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Tunguska Event: The "Impactor" is buried in the bottom of Lake Cheko!

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posted on May, 18 2012 @ 02:33 AM
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Italian scientists have found the evidence of what it has happened in the Siberian taiga in 1908. Lake Cheko is the impact crater of the Tunguska Event and "The Impactor" is buried below 10 meters of sediments at the lake center.
www.agu.org...





A major explosion occurred on 30 June 1908 in the Tunguska region of Siberia, causing the destruction of over 2,000 km2 of taiga; pressure and seismic waves detected as far as 1,000 km away; bright luminescence in the night skies of Northern Europe and Central Asia; and other unusual phenomena. This “Tunguska Event” is probably related to the impact with the Earth of a cosmic body that exploded about 5–10 km above ground, releasing in the atmosphere 10–15 Mton of energy. Fragments of the impacting body have never been found, and its nature (comet or asteroid) is still a matter of debate. We report here results from a magnetic and seismic reflection study of a small (∼500 m diameter) lake, Lake Cheko, located about 8 km NW of the inferred explosion epicenter, that was proposed to be an impact crater left by a fragment of the Tunguska Cosmic Body. Seismic reflection and magnetic data revealed a P wave velocity/magnetic anomaly close to the lake center, about 10 m below the lake floor; this anomaly is compatible with the presence of a buried stony object and supports the impact crater origin for Lake Cheko.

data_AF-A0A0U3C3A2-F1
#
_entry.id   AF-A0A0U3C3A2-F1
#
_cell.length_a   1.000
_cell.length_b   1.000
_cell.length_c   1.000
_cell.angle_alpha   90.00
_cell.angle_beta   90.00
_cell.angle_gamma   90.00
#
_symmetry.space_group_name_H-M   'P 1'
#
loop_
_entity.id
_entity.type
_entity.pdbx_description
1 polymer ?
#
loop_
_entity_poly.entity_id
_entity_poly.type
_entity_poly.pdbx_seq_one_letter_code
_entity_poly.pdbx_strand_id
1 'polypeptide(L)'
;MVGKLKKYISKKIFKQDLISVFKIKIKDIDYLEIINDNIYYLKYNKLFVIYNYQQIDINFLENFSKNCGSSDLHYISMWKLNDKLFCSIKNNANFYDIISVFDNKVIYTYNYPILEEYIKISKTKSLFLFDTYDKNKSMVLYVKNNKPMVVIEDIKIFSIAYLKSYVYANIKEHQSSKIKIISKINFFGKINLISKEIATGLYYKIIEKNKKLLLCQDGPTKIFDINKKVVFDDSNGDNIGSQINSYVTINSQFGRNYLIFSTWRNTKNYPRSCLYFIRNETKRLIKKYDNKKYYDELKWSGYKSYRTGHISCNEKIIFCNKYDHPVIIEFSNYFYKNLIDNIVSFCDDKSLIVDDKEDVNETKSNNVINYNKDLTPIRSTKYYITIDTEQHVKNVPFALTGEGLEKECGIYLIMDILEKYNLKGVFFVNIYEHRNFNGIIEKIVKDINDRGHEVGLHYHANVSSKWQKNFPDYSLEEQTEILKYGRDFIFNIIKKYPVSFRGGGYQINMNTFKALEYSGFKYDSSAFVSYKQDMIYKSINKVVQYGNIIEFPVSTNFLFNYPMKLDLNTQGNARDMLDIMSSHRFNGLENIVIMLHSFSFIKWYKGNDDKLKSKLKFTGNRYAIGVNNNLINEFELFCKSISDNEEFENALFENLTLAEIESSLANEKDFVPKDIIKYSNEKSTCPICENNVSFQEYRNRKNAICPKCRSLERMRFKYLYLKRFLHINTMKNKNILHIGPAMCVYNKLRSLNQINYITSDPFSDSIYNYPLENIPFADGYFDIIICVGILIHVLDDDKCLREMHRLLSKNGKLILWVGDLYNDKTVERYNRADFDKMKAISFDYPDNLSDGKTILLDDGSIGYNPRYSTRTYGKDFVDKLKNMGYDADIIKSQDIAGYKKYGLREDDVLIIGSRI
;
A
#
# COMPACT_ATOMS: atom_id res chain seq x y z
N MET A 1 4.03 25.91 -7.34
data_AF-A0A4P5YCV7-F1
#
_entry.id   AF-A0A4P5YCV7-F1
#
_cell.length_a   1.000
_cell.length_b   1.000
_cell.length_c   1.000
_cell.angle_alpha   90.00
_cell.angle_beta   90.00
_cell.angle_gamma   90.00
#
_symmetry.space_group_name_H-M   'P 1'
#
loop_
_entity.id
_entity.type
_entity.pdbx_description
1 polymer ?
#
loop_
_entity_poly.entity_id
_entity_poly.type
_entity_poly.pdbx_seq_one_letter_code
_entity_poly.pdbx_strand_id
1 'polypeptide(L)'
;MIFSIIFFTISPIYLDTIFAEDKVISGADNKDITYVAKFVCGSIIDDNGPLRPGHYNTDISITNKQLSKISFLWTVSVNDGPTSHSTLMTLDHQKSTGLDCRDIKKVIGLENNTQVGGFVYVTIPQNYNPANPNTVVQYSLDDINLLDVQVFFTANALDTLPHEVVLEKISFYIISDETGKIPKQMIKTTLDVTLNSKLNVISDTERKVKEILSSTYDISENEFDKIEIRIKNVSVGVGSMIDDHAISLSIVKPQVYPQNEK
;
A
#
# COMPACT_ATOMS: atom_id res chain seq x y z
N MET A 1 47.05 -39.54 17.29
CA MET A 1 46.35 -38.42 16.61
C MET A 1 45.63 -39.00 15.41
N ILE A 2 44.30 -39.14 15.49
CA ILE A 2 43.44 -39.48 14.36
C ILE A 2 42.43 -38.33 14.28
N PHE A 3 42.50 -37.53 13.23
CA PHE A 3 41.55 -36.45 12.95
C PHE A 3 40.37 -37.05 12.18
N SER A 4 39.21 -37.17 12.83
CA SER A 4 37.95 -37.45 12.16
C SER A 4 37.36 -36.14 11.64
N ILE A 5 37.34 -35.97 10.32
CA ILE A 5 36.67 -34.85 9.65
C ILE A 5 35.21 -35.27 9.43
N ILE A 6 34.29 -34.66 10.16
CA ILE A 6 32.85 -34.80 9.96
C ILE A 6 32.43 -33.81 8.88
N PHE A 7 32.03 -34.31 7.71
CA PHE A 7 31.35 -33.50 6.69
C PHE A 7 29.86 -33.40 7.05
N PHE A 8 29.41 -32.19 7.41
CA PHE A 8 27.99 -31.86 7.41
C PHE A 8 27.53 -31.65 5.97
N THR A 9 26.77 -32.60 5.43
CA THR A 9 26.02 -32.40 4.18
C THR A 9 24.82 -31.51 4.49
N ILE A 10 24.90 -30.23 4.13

It will be very interesting, to dig and to carry in surface a piece of the anomaly buried at the bottom of the lake.




posted on May, 18 2012 @ 02:39 AM
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Very cool.
I hope what they find is shared with all.



posted on May, 18 2012 @ 02:49 AM
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very nice find, sucks that they'll prolly lie to us and say that a regular rock made its way down there and gave off those readings



posted on May, 18 2012 @ 03:52 AM
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That's awesome!

Looks like the impact zone was on a river, the depression would have fileld with water and become a marsh by the time the first exporers reached there a year or 2 after. The destruction was apparent, but they could never find an impact point to confirm theories.



posted on May, 18 2012 @ 04:01 AM
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I'm glad i caught this thread, posting to subscribe more than anything, but thanks for posting it. Imagine how much a piece of that rock will fetch on Ebay.



posted on May, 18 2012 @ 04:26 AM
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Thanks for the update! Always a cool subject.

The best part is every show I have seen on this all claim there was no impactor. That idea has been 'discredited'. Now? Either way makes no difference to me but these scientists on TV? Wow, they go at it like they were discussing the virtue of their Mothers.

I can't wait until I can retire from my day job, become an expert, and get on shows.



posted on May, 18 2012 @ 04:30 AM
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Awesome, will be watching where this goes.
Good on the russians, didnt they drill to the bottom of the deepest lake recently? now they're going after tunguska!!



posted on May, 18 2012 @ 04:35 AM
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These vids are from a good documentary on the Tunguska event which shows all the previous research,well worth a watch if you`ve not seen it before imo...